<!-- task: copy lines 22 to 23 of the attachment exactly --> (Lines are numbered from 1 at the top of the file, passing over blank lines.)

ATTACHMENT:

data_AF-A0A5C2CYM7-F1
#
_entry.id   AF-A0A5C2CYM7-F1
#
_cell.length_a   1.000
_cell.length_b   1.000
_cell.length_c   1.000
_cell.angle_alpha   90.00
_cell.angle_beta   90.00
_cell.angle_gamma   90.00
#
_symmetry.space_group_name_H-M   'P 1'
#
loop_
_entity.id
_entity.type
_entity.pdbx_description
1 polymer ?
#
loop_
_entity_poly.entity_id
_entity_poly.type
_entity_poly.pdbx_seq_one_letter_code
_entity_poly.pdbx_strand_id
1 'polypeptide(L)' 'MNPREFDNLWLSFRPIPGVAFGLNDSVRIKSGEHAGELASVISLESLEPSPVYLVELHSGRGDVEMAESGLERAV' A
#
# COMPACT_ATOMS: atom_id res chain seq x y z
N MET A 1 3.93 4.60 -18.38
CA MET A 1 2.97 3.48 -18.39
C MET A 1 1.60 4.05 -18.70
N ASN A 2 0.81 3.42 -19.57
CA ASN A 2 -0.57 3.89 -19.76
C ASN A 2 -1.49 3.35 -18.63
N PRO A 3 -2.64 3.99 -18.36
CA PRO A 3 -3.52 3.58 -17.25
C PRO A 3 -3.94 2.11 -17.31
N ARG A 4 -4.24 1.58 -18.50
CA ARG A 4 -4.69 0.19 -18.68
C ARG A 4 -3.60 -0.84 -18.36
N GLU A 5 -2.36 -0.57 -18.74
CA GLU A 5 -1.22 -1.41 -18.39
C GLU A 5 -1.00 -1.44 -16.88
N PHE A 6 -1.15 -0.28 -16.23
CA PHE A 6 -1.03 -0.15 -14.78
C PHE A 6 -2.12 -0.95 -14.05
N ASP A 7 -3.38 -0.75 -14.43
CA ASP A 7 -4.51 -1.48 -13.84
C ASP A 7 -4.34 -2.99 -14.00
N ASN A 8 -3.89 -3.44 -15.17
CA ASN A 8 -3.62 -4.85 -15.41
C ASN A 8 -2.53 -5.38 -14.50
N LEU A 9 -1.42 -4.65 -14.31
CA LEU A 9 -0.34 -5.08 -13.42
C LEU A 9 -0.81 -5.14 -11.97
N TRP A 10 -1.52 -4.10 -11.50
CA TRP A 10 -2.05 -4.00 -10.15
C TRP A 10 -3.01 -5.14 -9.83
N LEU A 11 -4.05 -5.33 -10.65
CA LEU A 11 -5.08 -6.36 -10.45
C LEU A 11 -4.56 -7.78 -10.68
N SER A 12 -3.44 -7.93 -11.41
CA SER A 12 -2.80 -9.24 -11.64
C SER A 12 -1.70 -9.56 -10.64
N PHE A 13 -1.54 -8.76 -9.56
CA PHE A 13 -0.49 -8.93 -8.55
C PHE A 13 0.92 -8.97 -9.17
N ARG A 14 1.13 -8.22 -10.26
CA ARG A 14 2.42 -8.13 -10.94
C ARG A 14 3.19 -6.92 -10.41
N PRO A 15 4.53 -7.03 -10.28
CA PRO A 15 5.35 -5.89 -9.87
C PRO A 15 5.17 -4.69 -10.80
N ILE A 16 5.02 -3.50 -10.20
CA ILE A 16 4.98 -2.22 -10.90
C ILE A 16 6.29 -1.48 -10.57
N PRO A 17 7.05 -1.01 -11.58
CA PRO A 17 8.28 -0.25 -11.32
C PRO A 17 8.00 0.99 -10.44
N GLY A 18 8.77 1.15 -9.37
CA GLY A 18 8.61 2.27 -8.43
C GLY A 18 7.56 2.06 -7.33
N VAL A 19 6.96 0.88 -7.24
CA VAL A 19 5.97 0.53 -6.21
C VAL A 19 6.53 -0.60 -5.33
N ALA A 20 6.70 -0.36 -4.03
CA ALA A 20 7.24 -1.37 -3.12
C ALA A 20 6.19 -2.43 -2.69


_entity_poly.type
_entity_poly.pdbx_seq_one_letter_code